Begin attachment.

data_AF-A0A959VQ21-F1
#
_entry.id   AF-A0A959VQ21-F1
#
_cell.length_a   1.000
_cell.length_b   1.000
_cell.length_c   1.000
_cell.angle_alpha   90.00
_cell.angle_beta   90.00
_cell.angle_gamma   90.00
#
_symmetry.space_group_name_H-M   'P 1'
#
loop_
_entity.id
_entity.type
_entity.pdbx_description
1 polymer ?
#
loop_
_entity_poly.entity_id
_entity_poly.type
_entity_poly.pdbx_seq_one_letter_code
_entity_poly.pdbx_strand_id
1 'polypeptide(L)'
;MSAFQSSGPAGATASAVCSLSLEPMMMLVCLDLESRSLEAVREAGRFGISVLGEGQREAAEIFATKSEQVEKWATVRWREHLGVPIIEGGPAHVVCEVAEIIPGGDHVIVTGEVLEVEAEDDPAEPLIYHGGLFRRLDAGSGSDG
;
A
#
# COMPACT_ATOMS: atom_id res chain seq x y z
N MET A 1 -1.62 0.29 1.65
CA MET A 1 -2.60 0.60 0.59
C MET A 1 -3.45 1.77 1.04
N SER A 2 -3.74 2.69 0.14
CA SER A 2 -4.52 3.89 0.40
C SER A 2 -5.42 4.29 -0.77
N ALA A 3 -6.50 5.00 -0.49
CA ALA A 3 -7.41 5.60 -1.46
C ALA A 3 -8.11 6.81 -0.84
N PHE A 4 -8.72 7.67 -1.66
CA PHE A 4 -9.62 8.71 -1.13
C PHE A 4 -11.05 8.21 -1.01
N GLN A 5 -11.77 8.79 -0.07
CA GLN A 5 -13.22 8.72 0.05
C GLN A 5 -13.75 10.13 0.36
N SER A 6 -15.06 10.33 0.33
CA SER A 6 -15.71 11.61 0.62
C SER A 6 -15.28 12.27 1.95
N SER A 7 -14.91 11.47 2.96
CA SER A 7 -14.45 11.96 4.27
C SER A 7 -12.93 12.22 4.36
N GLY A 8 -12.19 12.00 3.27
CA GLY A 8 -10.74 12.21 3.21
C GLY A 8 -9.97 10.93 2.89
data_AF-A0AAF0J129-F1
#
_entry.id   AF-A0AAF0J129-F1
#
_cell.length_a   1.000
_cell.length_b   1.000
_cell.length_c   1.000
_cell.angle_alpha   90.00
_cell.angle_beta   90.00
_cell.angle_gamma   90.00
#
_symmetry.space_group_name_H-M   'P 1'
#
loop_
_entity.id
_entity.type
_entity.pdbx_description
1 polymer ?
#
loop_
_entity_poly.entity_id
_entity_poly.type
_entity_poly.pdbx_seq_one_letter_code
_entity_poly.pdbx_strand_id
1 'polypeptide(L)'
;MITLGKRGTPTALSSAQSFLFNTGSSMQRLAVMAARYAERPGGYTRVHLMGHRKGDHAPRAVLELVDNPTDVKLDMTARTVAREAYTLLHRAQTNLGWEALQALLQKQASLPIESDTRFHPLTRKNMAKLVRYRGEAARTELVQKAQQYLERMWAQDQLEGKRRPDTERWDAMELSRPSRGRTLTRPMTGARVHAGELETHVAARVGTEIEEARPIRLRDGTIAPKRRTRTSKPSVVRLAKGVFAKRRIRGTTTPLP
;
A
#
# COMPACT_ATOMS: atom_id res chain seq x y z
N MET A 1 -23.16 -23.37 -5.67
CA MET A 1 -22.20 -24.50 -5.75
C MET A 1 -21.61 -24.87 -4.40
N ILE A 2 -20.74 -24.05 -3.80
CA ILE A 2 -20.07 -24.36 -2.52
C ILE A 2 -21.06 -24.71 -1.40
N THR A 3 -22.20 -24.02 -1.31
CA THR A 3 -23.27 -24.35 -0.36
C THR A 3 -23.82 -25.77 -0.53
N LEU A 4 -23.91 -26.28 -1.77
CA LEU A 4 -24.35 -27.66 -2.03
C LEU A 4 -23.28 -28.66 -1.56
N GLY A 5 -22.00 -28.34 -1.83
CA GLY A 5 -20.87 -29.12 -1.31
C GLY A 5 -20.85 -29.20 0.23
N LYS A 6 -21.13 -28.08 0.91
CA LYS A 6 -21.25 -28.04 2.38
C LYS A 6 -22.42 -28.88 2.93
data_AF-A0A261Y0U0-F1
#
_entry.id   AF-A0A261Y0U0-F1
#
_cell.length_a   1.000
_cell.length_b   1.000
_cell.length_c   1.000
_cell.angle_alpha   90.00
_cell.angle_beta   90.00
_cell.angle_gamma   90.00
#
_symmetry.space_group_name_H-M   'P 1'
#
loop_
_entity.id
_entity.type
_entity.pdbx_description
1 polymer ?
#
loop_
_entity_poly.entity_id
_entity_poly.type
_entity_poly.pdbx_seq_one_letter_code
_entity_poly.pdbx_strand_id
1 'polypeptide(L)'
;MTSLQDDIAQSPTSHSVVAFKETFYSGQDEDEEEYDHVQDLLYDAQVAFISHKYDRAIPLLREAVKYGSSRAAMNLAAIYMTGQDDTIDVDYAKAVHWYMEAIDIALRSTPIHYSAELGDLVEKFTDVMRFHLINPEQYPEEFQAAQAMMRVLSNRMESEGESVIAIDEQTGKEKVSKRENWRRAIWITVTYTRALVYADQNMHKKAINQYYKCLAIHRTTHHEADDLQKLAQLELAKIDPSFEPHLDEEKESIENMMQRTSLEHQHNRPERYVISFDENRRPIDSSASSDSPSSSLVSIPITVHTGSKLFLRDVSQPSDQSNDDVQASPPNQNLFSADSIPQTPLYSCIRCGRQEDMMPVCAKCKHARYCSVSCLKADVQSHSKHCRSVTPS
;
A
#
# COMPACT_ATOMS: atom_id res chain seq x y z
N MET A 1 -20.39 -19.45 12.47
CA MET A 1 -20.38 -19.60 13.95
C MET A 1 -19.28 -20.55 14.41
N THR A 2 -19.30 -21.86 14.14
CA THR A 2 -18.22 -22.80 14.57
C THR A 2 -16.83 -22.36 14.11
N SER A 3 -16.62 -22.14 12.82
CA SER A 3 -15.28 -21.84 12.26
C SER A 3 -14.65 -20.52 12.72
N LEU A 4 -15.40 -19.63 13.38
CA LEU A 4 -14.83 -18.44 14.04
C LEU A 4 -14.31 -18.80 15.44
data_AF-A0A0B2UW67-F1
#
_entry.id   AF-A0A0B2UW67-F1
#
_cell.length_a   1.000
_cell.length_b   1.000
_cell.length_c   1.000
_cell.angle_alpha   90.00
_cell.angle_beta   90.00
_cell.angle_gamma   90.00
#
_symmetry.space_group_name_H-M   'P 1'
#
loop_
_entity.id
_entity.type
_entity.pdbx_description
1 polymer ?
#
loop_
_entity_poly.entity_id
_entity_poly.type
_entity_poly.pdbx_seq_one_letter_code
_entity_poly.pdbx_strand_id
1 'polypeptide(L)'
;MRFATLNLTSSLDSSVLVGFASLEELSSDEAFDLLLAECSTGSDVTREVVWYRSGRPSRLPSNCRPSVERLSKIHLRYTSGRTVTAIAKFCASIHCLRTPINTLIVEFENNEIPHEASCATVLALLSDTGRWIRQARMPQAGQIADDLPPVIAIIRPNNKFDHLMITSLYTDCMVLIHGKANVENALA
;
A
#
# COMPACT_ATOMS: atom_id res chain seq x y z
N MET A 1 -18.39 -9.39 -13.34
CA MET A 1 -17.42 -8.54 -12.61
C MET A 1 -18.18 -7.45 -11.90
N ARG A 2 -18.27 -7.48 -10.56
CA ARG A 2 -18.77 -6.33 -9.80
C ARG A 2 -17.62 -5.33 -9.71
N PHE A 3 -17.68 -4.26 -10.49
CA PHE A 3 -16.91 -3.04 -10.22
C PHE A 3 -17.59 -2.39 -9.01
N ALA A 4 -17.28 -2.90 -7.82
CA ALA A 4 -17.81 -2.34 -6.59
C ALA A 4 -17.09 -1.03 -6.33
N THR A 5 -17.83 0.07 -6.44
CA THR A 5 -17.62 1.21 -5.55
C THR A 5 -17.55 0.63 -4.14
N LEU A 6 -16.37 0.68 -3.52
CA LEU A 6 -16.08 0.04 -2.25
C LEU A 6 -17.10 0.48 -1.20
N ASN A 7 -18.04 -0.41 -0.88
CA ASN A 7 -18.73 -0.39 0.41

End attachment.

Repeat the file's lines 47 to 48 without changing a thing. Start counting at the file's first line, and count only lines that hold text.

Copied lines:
CA SER A 6 -15.71 11.61 0.62
C SER A 6 -15.28 12.27 1.95